Book Club: Books with characters you feel an affinity with

 In this month’s book club, Bessma Bader selects interesting titles from authors Kevin Wilson, Brené Brown and Maurice Sendak filled with characters you feel an affinity with


I have, possibly, an unhealthy attraction to books. Each book I read elicits a nostalgic feeling in me when I think back on them. There are the ones I miss, the ones I cannot believe I read, the ones that upset me and the ones that moved me.

The ones that were recommended by people I love spark two feelings; the one the book gave me and the one for the person who recommended it. But the feelings I love the most are the ones I develop for certain characters in books – ones where I find I ‘get’ them. And if I could speak to them, they would get me. I feel for them. I want to reach into the words and say: “I understand! I have felt that way!” Here are three books with which I have felt a kinship. 



Nothing to See Here by Kevin Wilson / Text Publishing

Nothing to See Here by Kevin Wilson, published by Text Publishing

Lillian gets a letter from her old friend and roommate, Madison, after years of not speaking. She wants her to be her children’s nanny. There’s one thing that makes these children a little different from others. I cannot explain to you how accurately Lillian embodies our ability to love our children fiercely with all their flaws – even when that flaw is combusting into flames when they feel a strong emotion. Even when we are getting burned by them, and are protecting others from them, we still love them unconditionally.

This is not a story that ties up all its loose ends and makes any kind of logical sense in the future. But to me, this is a story of a sensitive and complicated child who needs help learning to self regulate. It’s a story about the people who care for these children. And how much they try despite the difficulties. No, my children do not combust in the literal sense. But If you are the parent or the caregiver of any child who has trouble self-regulating, who has tantrums, who took a while to learn how to hold their anger in, then you will find a friend in Lillian.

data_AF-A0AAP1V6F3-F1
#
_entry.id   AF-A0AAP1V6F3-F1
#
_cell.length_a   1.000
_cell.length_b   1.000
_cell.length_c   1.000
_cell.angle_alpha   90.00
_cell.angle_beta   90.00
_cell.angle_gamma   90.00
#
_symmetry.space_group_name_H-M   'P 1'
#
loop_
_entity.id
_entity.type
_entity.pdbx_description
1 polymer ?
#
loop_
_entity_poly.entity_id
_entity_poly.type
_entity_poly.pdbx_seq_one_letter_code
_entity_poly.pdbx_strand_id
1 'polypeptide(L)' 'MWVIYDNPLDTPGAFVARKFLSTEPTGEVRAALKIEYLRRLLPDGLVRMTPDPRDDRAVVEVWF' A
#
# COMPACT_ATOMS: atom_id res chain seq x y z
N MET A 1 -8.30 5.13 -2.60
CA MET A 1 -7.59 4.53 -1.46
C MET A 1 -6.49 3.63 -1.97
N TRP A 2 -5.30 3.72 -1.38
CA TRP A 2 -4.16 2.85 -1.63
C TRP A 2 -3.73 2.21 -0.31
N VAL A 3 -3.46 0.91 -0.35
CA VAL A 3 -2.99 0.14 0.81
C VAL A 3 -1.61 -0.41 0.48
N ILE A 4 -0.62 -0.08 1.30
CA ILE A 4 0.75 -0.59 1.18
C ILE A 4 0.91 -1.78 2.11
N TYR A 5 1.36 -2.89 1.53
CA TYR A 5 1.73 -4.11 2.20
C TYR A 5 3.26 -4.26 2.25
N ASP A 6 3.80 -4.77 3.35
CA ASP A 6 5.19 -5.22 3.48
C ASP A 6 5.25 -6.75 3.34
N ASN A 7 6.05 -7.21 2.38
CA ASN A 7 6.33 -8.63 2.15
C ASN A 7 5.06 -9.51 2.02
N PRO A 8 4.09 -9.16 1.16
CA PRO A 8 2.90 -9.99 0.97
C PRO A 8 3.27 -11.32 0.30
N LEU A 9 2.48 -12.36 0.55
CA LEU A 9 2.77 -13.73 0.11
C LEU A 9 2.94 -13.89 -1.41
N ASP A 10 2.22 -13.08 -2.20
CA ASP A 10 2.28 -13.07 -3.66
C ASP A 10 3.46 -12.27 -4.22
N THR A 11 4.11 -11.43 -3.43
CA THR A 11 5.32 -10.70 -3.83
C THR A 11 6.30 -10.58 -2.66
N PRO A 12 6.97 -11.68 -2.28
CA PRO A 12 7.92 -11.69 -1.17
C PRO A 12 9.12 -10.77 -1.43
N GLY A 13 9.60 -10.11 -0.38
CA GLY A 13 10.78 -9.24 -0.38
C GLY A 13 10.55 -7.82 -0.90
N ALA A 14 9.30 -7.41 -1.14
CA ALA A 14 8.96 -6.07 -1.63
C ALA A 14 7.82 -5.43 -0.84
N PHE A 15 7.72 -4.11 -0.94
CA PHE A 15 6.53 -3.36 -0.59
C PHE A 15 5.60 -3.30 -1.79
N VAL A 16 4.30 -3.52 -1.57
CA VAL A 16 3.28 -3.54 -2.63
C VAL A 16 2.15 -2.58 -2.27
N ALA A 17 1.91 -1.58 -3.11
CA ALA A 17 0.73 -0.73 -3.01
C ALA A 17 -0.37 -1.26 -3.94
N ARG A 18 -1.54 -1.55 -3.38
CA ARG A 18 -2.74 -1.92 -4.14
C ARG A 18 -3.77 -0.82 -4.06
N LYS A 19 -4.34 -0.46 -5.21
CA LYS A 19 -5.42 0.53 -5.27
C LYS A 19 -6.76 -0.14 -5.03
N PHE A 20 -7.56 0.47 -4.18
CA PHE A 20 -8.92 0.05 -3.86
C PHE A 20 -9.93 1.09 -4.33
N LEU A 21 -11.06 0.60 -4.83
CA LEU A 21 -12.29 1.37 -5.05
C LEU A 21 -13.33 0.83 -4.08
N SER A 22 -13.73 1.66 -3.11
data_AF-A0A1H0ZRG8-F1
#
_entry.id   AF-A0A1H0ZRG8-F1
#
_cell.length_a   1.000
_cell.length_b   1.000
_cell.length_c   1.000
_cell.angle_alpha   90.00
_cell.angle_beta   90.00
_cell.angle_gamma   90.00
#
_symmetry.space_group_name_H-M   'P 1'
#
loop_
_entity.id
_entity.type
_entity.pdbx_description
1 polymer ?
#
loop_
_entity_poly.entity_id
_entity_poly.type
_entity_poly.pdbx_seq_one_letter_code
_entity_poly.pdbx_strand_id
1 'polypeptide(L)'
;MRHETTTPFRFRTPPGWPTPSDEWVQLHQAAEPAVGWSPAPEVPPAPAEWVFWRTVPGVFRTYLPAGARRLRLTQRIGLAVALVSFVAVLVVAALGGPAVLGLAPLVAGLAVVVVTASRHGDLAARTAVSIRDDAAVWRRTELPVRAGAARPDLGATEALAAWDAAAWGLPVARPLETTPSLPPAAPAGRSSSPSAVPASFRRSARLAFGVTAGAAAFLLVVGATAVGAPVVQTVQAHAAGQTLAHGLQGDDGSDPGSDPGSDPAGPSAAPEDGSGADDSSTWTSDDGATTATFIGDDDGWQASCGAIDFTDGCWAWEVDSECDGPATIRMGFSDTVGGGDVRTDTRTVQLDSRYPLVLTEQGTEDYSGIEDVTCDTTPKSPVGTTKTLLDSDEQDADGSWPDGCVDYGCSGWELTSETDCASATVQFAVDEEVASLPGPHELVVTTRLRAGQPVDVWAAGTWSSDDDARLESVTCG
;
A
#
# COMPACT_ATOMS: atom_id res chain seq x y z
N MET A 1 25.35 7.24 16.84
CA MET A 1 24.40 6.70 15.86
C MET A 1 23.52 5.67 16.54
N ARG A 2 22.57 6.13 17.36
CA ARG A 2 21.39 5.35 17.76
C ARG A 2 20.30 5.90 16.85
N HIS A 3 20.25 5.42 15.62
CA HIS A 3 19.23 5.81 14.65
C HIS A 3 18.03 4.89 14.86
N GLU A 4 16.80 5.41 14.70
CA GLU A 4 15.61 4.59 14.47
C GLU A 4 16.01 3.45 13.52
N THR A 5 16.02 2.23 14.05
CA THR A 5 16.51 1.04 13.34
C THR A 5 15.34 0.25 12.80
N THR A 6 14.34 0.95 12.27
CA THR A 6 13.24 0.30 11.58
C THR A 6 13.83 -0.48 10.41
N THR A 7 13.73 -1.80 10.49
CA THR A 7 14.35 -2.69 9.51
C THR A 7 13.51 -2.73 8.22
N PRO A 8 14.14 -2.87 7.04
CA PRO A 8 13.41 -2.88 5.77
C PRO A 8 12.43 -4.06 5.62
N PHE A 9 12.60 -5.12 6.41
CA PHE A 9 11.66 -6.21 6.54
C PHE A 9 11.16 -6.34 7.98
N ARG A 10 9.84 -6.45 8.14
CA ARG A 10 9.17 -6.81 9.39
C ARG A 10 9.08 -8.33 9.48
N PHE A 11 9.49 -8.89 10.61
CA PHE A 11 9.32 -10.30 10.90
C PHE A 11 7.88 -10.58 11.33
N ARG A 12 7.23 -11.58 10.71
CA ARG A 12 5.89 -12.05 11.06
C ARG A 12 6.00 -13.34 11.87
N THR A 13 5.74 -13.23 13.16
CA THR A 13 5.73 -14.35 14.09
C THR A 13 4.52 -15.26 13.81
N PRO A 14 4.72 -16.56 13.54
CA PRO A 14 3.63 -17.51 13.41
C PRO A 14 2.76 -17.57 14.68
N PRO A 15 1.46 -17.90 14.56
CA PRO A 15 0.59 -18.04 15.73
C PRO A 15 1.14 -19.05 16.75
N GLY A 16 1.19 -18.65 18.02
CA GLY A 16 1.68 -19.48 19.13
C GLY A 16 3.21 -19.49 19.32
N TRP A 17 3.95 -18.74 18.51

The Gifts of Imperfection / Penguin by Brene Brown /

The Gifts Of Imperfection, by Brené Brown, published by Vermilion (Penguin Books)

If you don’t know who Brené Brown is, then put this down and listen to her Ted talk about shame. Yes, she researched shame! This book started all the catchphrases we hear now about living “wholeheartedly” and the importance of feeling worthy as you are, without expectations. I’ve always held the quality of authenticity highly, and I strive to be as authentic as is possible in a very judgemental world. This book was an excellent guide to doing just that.



Where The Wild Things Are / Maurice Sendak / Penguin

Where The Wild Things Are by Maurice Sendak, published by Bodley Head (Penguin Books)

“The night Max wore his wolf suit and made mischief of one kind and another his mother called him ‘wild thing’ and Max said ‘I’ll eat you up!’ so he was sent to bed without eating anything. That night, a forest starts growing in his room, and an ocean appears with a boat which Max rides to get to where the wild things are.

I was this child, acting out and upset at the world – wanting to run away but wanting, even more, to be home. My sons have all been this boy at one time or the other. There are very few books that I genuinely enjoy reading to my children, and this is one of them. Beautifully written and with my favorite line: “But the wild things cried, ‘Oh please don’t go – we’ll eat you up – we love you so!’”



The one book everyone should read
Books to help overwhelmed moms
– Books to inform, inspire & entertain
– March book club
– Audiobooks to immerse yourself in

About the author

Bessma bint Bader is an avid blogger and qualified parenting coach with a passionate interest in child development and education. She began her popular blog, Ya Mamma, in 2010 where she shares pertinent insights into the trials and tribulations of parenting, inspired by her five young children.

Since 2010, Bessma has been on the board of Saut as its treasurer – a charitable organization that promotes the welfare of people with Downs Syndrome. She is also on the board of the King Khaled Foundation, which is dedicated to improving the social and economic conditions for thousands of Saudi citizens.

Bessma is also the co-founder and owner of The Playroom – a play center in Riyadh, built around the belief that child-led play fosters creativity, encourages divergent thinking and builds good social skills.


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